This article first appeared in the May 2011 issue of Milwaukee Magazine. * Wheels for the World: A local nonprofit is serving the community – one bicycle at a time. by Kristine Hansen The Milwaukee Bicycle Collective has a simple goal: “to flood the streets with bikes.” Founded in 2002 by Ian Fritz, the collective […]
This article first appeared in the May 2011 issue of Milwaukee Magazine.
Wheels for the World: A local nonprofit is serving the community – one bicycle at a time.
by Kristine Hansen
The Milwaukee Bicycle Collective has a simple goal: “to flood the streets with bikes.”
Founded in 2002 by Ian Fritz, the collective has passed through many hands since. Jim Tarantino, a 27-year-old urban planner, took over in 2007. But its mission has never changed.
“It’s our belief that every neighborhood in the city can support a shop like this,” says Tarantino. “The solutions to Milwaukee’s transit problems are obvious and tangible.”
Entirely run by volunteers, the nonprofit collective is the only one of its kind in town. Some use the space to get access to tools and directions on how to do repairs. Others volunteer. Through 12 hours of “sweat equity,” anything from helping with repairs to doing paperwork, a volunteer can receive a free bike – each work hour is worth $8. Last year, more than 150 people – adults and children – earned one. (Kids under 6 need not work to get a bike for free.)
Almost everything in this small Merrill Park shop (near Clybourn and 29th) is donated. Bikes, in various states of repair, are strewn in every corner. Handlebars, rims, seats and other items sit in piles, separated by category. “All of this stuff would have been junk,” Tarantino says. “You realize how much we are a throwaway culture.”
Even the space, phone service and Internet connection is donated by Ian’s father, Tom Fritz, who runs a photography studio downstairs. “Bicycles are a great form of transportation as well as recreation,” says Tom. “Getting discarded bicycles fixed up and back on the road is a great thing to do.”
Last year, the collective trained some Highland Community School fourth-graders. “Our students – many of whom had never learned to ride a bicycle – had the opportunity to learn the basics of bike mechanics and repair,” says Barry Weber, school enrichment coordinator. “These workshops culminated with a school bike ride. Our students joined their parents, teachers and collective members on the Hank Aaron Trail.”
The students, Weber says, loved it.
Finders Keepers: Sometimes, one man’s trash really is another man’s treasure.
by Ellen M. Kozak
It starts simply enough. You’re driving along and notice something sitting on the curb – a discarded toy, a couch, maybe even an intriguing, antique-looking dresser. You stop, check it out, and – if it’s in reasonably good shape – lug it into your car.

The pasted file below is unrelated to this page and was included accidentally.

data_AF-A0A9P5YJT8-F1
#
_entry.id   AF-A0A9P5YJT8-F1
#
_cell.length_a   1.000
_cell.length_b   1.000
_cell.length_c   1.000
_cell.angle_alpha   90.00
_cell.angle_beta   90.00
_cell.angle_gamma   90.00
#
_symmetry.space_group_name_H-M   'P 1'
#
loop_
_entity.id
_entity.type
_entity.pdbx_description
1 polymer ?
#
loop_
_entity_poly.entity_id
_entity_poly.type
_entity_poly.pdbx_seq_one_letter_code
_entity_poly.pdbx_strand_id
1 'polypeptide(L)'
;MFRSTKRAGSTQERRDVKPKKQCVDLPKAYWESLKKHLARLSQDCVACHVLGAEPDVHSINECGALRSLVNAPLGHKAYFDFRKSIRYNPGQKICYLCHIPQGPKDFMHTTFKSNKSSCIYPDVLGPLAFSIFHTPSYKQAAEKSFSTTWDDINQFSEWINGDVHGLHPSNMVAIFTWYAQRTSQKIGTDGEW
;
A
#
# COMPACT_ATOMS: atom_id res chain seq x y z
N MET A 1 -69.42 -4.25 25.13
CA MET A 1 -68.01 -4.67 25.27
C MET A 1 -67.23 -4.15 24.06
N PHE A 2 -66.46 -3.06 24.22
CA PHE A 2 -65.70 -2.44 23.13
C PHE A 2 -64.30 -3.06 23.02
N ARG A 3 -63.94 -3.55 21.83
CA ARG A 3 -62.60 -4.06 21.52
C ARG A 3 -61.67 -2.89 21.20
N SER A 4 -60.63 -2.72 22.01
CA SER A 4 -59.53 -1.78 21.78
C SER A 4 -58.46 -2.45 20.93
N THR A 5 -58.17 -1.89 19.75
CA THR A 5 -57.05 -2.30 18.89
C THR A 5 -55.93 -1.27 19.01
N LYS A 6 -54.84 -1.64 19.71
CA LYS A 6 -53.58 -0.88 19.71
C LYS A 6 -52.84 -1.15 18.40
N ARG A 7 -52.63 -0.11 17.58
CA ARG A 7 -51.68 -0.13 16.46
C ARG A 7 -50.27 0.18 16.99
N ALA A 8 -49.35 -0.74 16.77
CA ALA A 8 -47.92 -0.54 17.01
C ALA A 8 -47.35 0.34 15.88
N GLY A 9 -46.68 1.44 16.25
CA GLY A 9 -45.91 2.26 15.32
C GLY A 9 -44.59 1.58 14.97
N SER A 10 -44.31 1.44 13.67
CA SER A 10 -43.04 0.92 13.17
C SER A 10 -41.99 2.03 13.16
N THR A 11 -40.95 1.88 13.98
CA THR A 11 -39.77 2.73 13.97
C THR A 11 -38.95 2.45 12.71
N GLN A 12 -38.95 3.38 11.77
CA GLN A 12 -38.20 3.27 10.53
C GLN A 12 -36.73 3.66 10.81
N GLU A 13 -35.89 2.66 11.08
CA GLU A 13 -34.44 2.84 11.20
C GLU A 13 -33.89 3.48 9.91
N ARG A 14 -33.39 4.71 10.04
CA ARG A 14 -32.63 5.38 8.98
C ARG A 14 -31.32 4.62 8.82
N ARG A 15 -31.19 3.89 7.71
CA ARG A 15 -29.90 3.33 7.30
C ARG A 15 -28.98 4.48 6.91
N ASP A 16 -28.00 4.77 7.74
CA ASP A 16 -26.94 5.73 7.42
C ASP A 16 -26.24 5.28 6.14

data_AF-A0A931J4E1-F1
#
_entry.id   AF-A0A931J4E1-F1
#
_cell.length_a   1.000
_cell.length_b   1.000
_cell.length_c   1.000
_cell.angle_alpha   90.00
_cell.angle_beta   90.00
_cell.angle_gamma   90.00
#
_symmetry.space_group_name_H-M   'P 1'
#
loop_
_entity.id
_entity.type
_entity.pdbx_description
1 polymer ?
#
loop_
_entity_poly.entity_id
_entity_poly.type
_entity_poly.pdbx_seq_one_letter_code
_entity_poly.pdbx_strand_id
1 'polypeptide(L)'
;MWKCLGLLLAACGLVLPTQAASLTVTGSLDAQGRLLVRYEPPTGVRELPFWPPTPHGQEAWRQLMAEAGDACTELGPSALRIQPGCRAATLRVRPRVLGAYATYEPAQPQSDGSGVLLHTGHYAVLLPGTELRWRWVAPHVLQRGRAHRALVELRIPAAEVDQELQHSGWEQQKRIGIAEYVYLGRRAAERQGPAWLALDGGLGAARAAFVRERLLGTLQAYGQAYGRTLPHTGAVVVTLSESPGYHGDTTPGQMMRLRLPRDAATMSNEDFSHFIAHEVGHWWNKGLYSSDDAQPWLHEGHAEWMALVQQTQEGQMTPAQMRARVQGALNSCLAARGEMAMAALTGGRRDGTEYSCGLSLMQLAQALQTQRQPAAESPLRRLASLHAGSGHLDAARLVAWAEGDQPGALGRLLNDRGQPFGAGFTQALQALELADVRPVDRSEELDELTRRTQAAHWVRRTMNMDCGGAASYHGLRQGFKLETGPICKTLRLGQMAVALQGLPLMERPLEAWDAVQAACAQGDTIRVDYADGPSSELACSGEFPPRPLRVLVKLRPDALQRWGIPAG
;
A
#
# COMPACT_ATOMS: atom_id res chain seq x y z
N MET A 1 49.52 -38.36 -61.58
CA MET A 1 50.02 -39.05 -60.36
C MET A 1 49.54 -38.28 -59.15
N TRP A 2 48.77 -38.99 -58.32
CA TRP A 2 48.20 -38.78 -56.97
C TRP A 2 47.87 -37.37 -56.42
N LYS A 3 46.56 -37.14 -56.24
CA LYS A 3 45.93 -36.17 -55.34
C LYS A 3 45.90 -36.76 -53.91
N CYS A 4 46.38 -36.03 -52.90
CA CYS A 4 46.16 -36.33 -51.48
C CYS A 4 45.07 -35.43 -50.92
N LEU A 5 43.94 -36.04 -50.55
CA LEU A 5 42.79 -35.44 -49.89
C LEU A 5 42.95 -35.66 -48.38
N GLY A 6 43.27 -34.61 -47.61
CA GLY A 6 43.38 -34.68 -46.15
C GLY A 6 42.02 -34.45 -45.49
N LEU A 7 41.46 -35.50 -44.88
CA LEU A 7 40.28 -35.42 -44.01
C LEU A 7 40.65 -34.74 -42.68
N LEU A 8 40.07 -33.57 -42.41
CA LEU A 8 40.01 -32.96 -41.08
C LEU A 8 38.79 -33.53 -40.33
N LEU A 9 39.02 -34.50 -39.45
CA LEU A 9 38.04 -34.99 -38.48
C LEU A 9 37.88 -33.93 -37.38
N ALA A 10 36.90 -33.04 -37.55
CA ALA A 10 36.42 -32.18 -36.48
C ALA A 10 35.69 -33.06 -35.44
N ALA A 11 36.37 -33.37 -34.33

The practice is known by various names, from the derogatory “dumpster diving” to the British “shopping the verge.” Everybody does it at some time, because the find is just too good.
“It’s good for the environment – it’s a kind of recycling,” says Suzanne Fish, a longtime Milwaukee practitioner. One of her most memorable finds was a “neat old dollhouse” made of 1940s fruit crate ends and cigar boxes. She even remembers where – 94th Street.
Areas around college campuses – be it UW-Madison or UW-Milwaukee – are treasure troves for pickers, especially toward the end of the summer when student leases expire. Milwaukee’s North Shore has a similar reputation (though you have to strike fast). And just across the border, Highland Park, Ill., with its annual “Spring Clean-Up” in May, is known as a gold mine for gleaners.
There’s no telling what you’ll find sitting on a curb. Alice Kehoe, a retired professor, has picked up bookcases, cupboards, a metal radiator cover that matched one she already owned, “a nice hostess cart that holds my plants,” and books of all kinds. Others report finding a full set of rattan furniture, a small kitchen table with a tile top, couches, love seats, an automated watering dish for cats, all manner of exercise equipment and even the occasional kitchen sink.
In 2003, Kehoe rented her house out to a documentary team during the Harley-Davidson 100th anniversary. They required five bedrooms, each with a bed, desk, chair, dresser and lamp. While she had the five bedrooms, some lacked the specified furnishings. But since she lives in the UWM area, she merely cruised the neighborhood as the students moved out and found what she needed piled on curbs. Trash turned into treasure. n